Forget your politics; there is a lot we can learn from President Clinton as an orator. President Clinton knows how to give a speech. He does it by talking to each person individually – focusing his eyes on theirs - no matter how large an audience he has. President Clinton also recognizes the value in telling a good story. People want to listen to someone who makes what they’re saying interesting and valuable to them. That is, what a leader says must be put into context for each individual person. The bottom line is “what’s in it for me?”
Is being a great orator the first step toward becoming a great leader? Or is it a chicken and egg problem?
Some of us are born leaders others are made – or so the saying goes. The first question is what makes a leader? The second question is what makes a great leader? We each know the importance listening plays in leading; we also know a leader must be able to communicate - to talk to others in a way that their ideas are understood so they can be supported in their efforts to act on their ideas.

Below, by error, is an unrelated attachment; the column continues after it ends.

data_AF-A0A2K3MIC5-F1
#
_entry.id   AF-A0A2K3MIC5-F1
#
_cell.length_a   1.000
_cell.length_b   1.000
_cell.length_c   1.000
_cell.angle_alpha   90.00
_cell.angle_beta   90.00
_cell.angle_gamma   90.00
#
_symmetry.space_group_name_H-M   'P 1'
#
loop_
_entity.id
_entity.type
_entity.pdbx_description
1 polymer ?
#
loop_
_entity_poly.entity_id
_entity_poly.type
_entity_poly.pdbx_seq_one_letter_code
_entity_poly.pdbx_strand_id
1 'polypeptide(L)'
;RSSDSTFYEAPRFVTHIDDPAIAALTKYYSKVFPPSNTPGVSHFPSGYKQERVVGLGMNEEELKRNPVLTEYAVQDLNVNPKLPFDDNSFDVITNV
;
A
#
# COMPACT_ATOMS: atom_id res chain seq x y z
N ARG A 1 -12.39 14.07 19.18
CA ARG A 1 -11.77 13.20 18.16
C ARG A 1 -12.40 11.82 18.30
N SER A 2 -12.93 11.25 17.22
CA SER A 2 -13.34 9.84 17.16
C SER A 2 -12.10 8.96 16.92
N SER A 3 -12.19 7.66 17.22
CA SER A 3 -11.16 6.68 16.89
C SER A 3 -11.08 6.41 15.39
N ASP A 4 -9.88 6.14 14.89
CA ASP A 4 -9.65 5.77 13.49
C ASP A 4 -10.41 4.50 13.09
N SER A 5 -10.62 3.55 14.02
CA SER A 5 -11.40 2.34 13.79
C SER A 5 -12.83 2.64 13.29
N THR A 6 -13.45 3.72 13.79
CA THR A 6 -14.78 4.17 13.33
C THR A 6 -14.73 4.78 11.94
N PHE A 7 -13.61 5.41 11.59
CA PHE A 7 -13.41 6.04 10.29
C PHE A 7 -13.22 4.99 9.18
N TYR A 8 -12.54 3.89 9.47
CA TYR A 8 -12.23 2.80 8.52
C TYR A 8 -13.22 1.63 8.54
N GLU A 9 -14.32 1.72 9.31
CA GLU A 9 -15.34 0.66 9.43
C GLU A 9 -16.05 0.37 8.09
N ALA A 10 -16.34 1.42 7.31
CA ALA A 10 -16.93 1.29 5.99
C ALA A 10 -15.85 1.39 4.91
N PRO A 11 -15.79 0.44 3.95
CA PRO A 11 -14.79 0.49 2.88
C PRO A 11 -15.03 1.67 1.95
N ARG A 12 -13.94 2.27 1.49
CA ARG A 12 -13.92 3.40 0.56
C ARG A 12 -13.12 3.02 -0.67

President Clinton knows how to do this. A leader tells stories; stories that relate to listeners. Then, without asking for support or agreement, gets it. This is great leadership through storytelling and oration. Along with this, a leader and great orator shows enthusiasm, postiveness and empathy. This builds trust because they are believable. They are talking to you. They are relating to your interests and needs and they are excited about it. This is how leaders get others to listen and get them onboard with their agenda.
Clearly, we know there are many characteristics of leadership. So what makes a leader and what makes a leader great? Leadership is evolving. It no longer focuses on the leader as a star who is at the top. Possibly it begins with an ability to listen, understand, and synthesize information and varying opinions and culminates with great storytelling presentations. What we do know, is leadership is about inclusion and being self-effacing. A leader brings others together to build cohesion through mutual interest and passion that creates a team that wants to work together.
Giving great presentations is not a talent limited to the few. Like leadership it is a skill that can be learned and improved through deliberate practice.